THAT WE MAY REMEMBER: A birthday cake that was not eaten; a town that has yet to rise from the ashes

(This piece was first published in on 7 February 2004, the 30th anniversary of the burning of Jolo and reprinted in the February 2011 issue of OUR Mindanao newsmagazine. We are reprinting this here on February 7, 2016, the 42nd anniversary of the burning of Jolo]

Who remembers February 7, 1974, the day the town of Jolo in Sulu burned?

Who remembers the long queue to get into a naval boat to escape the inferno? Or the rush to board whatever available boat there was, the fleeing refugees raising their babies whenever fighter pilots flew over them, if only to prove to the bombers above that they were non-combatants?

Who remembers how many thousands fled on small boats, reached Zamboanga or Sabah
and from there, longed for the day they could return home (until some of them eventually gave up hope of ever returning).

Helen Tan Garcia, who passed away a few years ago, gave me my first eyewitness account of the 1974 burning, 12 years later, during my first visit to Jolo. The length of time notwithstanding, her recollection remained vivid like it happened only yesterday.

She had just given birth two weeks earlier. A birthday cake was prepared evening of February 6 for a relative’s child who was going to celebrate his birthday the next day.

There would be no celebration. Years later, when they learned to laugh again, relatives would jokingly ask each other, “what happened to the birthday cake?”

There was much crying on the day Jolo burned. “It was a miracle we survived,” she recalled.

Beth Studio used to stand in this area in Jolo, Sulu, in the aftermath of the February 7, 1974 burning of the town. Photo courtesy of the OMI Archives Beth Studio used to stand in this area in Jolo, Sulu, in the aftermath of the February 7, 1974 burning of the town. Photo courtesy of the OMI Archives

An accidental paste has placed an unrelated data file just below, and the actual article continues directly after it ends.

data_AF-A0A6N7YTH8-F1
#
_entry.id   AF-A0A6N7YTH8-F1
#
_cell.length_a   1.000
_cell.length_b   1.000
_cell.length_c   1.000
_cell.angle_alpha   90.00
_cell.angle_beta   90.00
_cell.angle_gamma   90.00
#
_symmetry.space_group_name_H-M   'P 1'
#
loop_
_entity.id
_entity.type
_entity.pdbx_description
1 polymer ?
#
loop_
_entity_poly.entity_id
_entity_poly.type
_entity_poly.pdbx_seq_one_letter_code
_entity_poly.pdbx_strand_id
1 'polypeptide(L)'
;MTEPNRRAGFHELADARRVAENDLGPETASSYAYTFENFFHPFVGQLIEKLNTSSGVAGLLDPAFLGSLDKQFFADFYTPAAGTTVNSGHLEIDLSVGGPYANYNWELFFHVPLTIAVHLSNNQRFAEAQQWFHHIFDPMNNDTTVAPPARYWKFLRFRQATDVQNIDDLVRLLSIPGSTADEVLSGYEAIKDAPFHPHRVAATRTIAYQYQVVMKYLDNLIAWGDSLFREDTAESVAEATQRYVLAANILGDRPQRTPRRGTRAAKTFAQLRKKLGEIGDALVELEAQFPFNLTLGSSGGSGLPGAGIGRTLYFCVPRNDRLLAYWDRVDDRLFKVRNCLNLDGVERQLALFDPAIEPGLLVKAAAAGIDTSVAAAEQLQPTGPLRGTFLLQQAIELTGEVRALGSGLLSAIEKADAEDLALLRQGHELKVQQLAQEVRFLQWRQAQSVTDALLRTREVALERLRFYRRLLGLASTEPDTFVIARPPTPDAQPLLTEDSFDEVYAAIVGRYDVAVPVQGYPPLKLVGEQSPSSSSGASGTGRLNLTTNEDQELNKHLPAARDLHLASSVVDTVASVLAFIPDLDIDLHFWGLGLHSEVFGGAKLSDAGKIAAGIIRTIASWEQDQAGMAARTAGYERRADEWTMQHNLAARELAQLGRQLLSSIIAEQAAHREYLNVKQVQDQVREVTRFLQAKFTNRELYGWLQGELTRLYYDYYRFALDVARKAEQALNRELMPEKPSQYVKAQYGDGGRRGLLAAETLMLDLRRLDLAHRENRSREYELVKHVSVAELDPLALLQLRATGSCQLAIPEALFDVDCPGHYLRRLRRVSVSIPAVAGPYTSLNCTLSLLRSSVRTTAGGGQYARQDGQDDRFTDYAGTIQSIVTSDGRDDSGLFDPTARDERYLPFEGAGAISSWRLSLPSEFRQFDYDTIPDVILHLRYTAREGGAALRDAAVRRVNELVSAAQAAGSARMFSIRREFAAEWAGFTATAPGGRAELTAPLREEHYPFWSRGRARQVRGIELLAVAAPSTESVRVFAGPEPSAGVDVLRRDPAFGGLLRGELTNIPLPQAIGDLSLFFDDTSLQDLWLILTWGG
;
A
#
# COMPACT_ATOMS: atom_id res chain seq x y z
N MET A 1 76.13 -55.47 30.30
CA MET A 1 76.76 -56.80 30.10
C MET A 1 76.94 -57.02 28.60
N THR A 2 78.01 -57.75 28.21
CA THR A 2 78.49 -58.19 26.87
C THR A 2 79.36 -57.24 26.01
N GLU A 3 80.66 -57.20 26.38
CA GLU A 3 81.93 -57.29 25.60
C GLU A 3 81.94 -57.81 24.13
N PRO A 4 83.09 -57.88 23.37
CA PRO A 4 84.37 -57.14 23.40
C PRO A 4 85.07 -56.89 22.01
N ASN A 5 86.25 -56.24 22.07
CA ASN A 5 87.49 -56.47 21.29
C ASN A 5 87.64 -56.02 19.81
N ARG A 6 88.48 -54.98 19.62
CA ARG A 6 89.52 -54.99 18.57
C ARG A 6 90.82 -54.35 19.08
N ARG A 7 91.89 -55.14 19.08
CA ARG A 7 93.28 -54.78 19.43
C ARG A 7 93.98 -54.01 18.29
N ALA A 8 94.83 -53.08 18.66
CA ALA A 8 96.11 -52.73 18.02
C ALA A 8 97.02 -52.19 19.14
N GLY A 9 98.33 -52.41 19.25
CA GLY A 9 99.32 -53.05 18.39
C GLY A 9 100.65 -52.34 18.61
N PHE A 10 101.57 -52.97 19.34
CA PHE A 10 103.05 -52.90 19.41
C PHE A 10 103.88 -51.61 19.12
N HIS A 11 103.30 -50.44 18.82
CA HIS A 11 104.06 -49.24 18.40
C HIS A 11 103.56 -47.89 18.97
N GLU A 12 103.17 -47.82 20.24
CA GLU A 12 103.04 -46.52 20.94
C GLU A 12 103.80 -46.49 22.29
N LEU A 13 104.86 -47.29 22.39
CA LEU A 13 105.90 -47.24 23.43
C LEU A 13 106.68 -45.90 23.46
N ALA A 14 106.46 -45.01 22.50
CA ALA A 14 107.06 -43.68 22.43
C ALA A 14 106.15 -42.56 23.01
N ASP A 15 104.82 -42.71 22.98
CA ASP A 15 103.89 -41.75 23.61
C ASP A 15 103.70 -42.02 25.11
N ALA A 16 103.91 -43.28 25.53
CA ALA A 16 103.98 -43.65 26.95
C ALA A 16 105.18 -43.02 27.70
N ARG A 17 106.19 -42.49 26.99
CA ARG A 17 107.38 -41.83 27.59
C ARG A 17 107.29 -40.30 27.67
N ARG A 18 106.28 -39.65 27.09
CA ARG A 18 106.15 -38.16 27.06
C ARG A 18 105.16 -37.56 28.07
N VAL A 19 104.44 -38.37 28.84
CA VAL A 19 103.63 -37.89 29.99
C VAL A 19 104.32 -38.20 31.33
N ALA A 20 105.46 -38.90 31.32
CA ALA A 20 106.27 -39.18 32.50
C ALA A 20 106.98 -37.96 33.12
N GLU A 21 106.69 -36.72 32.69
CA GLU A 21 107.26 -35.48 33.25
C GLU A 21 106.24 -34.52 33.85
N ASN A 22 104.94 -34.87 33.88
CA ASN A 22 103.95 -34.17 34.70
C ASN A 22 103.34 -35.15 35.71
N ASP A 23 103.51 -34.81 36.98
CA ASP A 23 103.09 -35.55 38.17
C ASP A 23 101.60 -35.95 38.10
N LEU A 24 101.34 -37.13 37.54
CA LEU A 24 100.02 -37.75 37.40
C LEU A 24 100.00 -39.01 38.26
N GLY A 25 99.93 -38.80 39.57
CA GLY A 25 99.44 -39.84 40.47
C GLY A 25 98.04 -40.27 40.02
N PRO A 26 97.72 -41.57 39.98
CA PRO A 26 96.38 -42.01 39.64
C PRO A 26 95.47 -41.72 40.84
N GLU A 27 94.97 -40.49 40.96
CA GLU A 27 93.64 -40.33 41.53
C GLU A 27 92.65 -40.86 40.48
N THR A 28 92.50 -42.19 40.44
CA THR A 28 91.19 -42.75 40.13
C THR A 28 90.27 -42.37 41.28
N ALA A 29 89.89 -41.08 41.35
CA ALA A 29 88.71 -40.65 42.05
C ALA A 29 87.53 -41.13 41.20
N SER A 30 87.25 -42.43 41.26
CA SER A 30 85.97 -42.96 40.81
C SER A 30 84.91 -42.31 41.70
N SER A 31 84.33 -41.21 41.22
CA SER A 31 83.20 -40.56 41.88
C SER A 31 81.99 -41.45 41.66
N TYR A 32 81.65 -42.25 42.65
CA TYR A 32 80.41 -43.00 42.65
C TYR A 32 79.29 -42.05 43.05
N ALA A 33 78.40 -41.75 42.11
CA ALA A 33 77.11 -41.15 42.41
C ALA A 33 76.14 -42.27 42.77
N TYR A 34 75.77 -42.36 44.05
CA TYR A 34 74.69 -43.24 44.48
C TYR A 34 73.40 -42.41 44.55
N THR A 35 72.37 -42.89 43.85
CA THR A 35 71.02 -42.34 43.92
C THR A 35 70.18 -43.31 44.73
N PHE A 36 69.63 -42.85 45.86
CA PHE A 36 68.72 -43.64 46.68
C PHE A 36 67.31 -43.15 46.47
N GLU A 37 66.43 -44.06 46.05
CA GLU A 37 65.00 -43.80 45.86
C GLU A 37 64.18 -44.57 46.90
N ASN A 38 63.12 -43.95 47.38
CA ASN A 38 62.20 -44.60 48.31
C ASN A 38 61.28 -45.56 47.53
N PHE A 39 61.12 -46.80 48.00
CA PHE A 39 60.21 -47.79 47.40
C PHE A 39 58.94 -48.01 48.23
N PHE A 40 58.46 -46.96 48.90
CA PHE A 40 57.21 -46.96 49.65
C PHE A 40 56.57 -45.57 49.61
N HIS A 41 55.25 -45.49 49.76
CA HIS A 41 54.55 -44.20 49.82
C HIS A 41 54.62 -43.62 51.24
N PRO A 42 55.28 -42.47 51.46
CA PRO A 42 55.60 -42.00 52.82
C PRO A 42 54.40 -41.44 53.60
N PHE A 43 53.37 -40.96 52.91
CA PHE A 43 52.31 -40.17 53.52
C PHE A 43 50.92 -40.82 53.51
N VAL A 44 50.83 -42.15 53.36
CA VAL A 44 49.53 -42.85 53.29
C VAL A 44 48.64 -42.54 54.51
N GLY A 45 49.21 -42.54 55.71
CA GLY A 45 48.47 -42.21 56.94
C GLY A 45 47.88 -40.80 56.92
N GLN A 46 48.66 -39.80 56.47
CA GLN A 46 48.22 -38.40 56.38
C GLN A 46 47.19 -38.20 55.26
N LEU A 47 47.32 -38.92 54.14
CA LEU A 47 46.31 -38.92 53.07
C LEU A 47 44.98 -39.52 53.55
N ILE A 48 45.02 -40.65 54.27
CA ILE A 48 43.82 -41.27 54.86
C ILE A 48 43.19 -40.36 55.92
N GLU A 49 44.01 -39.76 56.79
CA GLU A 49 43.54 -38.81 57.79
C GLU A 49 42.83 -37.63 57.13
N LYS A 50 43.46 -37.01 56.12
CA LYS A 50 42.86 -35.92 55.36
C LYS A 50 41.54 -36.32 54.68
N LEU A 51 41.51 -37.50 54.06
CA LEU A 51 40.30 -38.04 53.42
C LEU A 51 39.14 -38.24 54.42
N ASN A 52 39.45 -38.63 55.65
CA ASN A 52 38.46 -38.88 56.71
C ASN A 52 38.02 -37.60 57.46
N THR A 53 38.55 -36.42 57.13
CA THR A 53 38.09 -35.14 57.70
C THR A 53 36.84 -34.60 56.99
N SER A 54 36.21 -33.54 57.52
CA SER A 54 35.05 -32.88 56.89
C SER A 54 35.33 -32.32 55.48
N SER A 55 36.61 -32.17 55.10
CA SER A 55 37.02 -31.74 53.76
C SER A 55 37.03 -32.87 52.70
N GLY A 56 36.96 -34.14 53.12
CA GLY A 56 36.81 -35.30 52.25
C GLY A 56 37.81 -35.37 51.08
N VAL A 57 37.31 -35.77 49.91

It was the first time I heard someone describe a huge crowd as “like grasses.”

For, indeed, said Helen, the people who rushed to the provincial government hospital compound were so many. “We could not move an inch. I felt like all of us were like grasses. Everywhere was people.”

Helen also spoke of how thousands fought for space in the naval boats that would ferry them to safety. They waited for two days at the wharf convincing naval officials to allow them to board the boat. It helped that she had a two-week old baby.

Her sister, Carolyn Que, who was scheduled to give birth in March, gave birth in the naval boat evacuating them to Zamboanga. The baby was named Navalina after the naval boat, where she was born. Her birthplace? Between Jolo and Zamboanga.

Early dawn of February 7, 1974, residents of Jolo in Sulu woke up to the sound of gunfire. By afternoon, thousands of families had fled their homes, hundreds of bodies littered the streets and the sea.

The poblacion was “infernal,” a resident recalls, as houses and buildings went up in smoke, leaving only the town hall, the Catholic Church, the Islamic mosque, the provincial hospital and Jose Rizal’s statue at the plaza.

That day would be referred to in history as “the burning of Jolo” but who and what started the burning, is another story.

The military accused the Moro National Liberation Front of having started the fire, the MNLF said it was the military.

Perhaps we will never know.

Nur Jaafar, the man who succeeded in getting Nur Misuari to agree to talk again with government under the Ramos administration, was then provincial attorney of Tawi-tawi and was in Zamboanga City the day Jolo burned.

He recalls having begged naval officers to allow him to board the ship to Jolo where his family resided.

By the time he reached the port of Jolo, floating bloated bodies welcomed him. Walking towards the hospital to look for his wife and four children, Jaafar saw more bodies along the streets and dogs feasting on the corpses.

The stench of death and burnt flesh he cannot forget. Miraculously, his family survived but the youngest, then three months old, suffered the most. “My child became deaf on one ear.”

Tausug writer Said K. Sadain, Jr. refers to February 7, 1974 or The burning of Jolo as the “Jolo-caust.”

In his book, Bugs & Bytes (published in 1999 by the The Libenet Center), Sadain recalls he    was a 15-year old senior high school student expecting to receive, the next month, his graduation diploma from the Dayang-Dayang Hadji Piandao Memorial High School, Boys Department.